Monday, August 24, 2020

Cloud vs. On-Premises: Which Law Practice Management Solution Is Right For Your Firm?


If you’re thinking about moving your law firm management software from on-premises to the cloud, here are some features you should consider before adopting a solution for your firm. Although we specialize in providing cloud-based software for attorneys, our primary goal is to help law firms make an informed decision to improve their operations.

It's also important to consider the effect social distancing and time away from the office has on your practice, and how technology helps or hinders that.

What Are Cloud and On-Premises Law Practice Management Solutions?

Costs, security, and user experience of the two types of solutions should be factored into your search. Let’s take a closer look at some of the key differences in the cloud vs. on-premises debate.

What Is Cloud Practice Management Software?

Known for its ease of use, online law practice management software provides helpful features for attorneys to manage:

  • Contacts and matters
  • Calendar and emails
  • Client interactions
  • Document management and creation
  • Intake processes and templates
  • Time-tracking and expenses
  • Custom billing rules and profiles
  • Daily mail scanning procedures
  • Task management and automation

Law firms can access these features with an internet connection and subscription, billed annually or monthly.

What Is On-Premises Practice Management Software?

On-premises legal software offers the same features mentioned above, but it is not accessible on the internet and instead runs on a server in the office, which can run up to a few thousand each year.

On-premises practice management software is known for the control and privacy it gives law firms over their data. But this comes at a price: the cost of a server and its ongoing maintenance.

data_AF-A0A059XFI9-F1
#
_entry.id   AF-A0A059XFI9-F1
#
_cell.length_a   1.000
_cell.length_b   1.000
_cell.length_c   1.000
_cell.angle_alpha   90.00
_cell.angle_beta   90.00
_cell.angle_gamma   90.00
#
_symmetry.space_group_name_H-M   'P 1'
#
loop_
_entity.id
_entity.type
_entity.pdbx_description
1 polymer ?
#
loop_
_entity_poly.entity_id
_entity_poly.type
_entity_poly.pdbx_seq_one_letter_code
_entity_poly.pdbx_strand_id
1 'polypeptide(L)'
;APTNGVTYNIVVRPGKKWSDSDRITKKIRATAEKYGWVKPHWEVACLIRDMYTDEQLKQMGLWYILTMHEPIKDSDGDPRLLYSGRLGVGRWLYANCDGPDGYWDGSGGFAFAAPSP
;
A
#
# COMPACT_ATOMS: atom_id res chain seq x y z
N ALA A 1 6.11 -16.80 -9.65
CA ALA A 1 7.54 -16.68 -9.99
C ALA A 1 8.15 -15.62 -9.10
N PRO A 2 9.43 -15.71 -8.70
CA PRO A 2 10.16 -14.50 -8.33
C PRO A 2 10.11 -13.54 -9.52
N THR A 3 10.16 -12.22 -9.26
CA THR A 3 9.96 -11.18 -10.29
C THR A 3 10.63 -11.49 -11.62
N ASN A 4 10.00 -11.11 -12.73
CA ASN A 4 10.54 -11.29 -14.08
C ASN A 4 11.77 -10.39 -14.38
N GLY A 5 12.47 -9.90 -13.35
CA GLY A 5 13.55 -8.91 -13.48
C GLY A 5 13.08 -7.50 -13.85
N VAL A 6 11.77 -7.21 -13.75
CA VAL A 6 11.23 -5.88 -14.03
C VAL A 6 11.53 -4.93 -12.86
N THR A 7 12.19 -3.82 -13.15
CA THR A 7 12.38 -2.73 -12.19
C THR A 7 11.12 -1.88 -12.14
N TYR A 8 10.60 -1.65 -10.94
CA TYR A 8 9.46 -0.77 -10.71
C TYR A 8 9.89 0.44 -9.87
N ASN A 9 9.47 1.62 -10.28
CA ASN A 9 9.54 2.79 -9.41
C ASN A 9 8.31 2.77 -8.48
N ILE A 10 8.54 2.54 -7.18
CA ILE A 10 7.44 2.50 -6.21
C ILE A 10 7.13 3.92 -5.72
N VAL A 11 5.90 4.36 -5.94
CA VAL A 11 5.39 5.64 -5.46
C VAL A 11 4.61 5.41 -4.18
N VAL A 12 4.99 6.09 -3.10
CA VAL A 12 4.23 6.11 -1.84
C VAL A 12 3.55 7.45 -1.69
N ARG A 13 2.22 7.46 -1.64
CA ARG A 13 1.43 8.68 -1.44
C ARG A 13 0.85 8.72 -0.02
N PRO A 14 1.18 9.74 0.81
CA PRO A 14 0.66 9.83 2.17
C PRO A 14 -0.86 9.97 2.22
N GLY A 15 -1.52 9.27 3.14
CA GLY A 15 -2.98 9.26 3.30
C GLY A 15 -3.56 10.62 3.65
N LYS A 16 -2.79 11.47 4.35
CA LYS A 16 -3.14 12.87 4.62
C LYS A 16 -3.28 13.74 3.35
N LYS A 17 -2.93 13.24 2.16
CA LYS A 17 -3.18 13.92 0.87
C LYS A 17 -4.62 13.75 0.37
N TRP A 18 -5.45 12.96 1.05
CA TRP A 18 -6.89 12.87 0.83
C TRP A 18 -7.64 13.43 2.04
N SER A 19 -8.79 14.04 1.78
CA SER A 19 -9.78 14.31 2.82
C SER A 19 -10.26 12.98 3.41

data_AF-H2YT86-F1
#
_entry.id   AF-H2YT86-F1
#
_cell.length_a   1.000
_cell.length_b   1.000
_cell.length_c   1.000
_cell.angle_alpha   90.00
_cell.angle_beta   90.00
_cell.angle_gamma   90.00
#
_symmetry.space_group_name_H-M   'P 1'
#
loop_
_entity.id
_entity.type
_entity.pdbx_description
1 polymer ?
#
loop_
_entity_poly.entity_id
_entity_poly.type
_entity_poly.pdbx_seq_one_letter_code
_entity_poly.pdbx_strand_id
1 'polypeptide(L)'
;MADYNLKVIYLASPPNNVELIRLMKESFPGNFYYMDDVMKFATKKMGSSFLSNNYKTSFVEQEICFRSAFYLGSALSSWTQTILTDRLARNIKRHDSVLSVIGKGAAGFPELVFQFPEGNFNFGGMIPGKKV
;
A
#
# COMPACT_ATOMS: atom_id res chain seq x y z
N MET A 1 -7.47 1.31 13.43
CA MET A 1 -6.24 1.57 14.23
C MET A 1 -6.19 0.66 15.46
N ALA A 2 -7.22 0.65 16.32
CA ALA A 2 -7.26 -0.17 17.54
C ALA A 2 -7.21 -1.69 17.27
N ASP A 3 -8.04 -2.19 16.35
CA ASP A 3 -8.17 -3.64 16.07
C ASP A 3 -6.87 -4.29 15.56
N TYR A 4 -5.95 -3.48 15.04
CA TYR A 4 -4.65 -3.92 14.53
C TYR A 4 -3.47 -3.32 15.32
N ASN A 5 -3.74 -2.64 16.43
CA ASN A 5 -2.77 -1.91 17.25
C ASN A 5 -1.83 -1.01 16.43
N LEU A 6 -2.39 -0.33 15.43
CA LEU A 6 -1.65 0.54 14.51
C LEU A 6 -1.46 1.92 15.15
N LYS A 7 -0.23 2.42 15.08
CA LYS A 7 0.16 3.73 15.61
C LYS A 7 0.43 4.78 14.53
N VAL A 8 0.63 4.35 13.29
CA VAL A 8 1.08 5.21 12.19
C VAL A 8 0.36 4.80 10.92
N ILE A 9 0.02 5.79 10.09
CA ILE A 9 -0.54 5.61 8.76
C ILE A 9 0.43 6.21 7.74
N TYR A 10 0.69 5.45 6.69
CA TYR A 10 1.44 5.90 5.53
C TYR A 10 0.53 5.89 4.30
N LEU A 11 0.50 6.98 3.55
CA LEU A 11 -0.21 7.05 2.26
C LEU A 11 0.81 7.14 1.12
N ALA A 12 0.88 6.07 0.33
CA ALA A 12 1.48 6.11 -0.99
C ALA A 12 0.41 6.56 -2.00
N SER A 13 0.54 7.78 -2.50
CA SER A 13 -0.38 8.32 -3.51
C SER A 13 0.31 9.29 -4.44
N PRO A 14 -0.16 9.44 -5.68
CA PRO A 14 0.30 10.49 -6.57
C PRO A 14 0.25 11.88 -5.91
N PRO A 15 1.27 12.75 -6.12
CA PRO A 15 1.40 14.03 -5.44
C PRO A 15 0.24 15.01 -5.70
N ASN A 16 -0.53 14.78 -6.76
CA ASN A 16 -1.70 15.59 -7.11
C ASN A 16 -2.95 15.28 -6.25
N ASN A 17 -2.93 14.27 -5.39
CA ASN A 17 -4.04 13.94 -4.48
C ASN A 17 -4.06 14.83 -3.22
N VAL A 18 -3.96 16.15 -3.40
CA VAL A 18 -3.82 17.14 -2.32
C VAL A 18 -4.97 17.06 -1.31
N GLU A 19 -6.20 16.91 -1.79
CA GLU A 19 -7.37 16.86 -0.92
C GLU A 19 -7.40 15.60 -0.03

After years of skepticism about the security of cloud computing, it’s widely accepted that cloud environments are just as secure — if not more secure — than on-premises environments. 

The Cost of Legal Practice Management Software

Cloud-based solutions are paid for via an ongoing subscription or a licensing fee. On-premises solutions typically require large investments in hardware, physical space, and maintenance. 

Cloud Costs


  • Pay-as-you-go pricing: Cloud providers offer tiered pricing options so law firms can align their usage with costs.
  • Little upfront investment required: Firms can adjust their plans to fit their needs at any given time.


  • Data ownership: If law firms don’t choose a reliable provider, data access may be limited when new software updates aren't properly vetted. In some cases, it can also be difficult to migrate data from one vendor to another. By carefully choosing a cloud solution from the start, law firms can mitigate the risks of lock-in and maintain control over their data.

On-Premises Costs


  • Tax savings: Hardware and staffing expenses to maintain an on-premises infrastructure could be categorized as capital expenditures, which have a positive impact on taxes. 


  • Maintaining on-premises infrastructure: Over the long term, only large firms have the scale to justify the costs required to maintain an on-premises infrastructure.
  • Updating outdated technology: Most servers need to be replaced every few years, costing thousands to upgrade and maintain.
  • Electric bills: Servers require a lot of electricity to keep them cool since they need to be constantly running.
  • Technical staff: The cost to maintain this environment doesn't stop at hardware expenditure. In-house staff or third-party technical services are required to oversee the necessary security updates, remote access structure, and monitor data back-ups. 

The Security of Legal Practice Management Software

Cloud providers are responsible for the security of their software and often guarantee security standards and compliance within their contracts. On the other hand, law firms with an on-premises infrastructure need to implement security measures themselves and ensure the in-house or third-party IT team stays up with applicable industry standards.

Cloud Security


  • Data backups: Cloud infrastructure is redundant. If one server goes down, the data is backed up in a different physical location.